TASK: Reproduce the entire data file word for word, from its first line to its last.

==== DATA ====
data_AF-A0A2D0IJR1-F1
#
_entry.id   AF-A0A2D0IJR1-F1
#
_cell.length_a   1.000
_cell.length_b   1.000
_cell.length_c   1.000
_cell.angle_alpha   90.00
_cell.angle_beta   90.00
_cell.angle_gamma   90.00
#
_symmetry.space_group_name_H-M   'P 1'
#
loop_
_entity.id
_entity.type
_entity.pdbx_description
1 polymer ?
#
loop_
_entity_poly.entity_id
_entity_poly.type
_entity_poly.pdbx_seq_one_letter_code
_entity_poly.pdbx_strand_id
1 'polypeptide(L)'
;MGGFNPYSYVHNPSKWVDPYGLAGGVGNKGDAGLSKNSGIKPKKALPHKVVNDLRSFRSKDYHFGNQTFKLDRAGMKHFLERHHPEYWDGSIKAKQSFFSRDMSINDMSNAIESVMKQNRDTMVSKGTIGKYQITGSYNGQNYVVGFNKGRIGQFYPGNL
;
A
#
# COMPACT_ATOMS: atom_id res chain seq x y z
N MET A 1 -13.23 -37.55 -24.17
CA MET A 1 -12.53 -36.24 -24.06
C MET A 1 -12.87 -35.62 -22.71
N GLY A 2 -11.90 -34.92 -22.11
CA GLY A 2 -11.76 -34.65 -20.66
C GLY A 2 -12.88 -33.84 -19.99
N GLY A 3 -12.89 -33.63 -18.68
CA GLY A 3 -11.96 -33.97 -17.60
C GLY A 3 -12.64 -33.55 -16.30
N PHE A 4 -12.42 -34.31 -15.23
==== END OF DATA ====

data_AF-A0A2D0IJR1-F1
#
_entry.id   AF-A0A2D0IJR1-F1
#
_cell.length_a   1.000
_cell.length_b   1.000
_cell.length_c   1.000
_cell.angle_alpha   90.00
_cell.angle_beta   90.00
_cell.angle_gamma   90.00
#
_symmetry.space_group_name_H-M   'P 1'
#
loop_
_entity.id
_entity.type
_entity.pdbx_description
1 polymer ?
#
loop_
_entity_poly.entity_id
_entity_poly.type
_entity_poly.pdbx_seq_one_letter_code
_entity_poly.pdbx_strand_id
1 'polypeptide(L)'
;MGGFNPYSYVHNPSKWVDPYGLAGGVGNKGDAGLSKNSGIKPKKALPHKVVNDLRSFRSKDYHFGNQTFKLDRAGMKHFLERHHPEYWDGSIKAKQSFFSRDMSINDMSNAIESVMKQNRDTMVSKGTIGKYQITGSYNGQNYVVGFNKGRIGQFYPGNL
;
A
#
# COMPACT_ATOMS: atom_id res chain seq x y z
N MET A 1 -13.23 -37.55 -24.17
CA MET A 1 -12.53 -36.24 -24.06
C MET A 1 -12.87 -35.62 -22.71
N GLY A 2 -11.90 -34.92 -22.11
CA GLY A 2 -11.76 -34.65 -20.66
C GLY A 2 -12.88 -33.84 -19.99
N GLY A 3 -12.89 -33.63 -18.68
CA GLY A 3 -11.96 -33.97 -17.60
C GLY A 3 -12.64 -33.55 -16.30
N PHE A 4 -12.42 -34.31 -15.23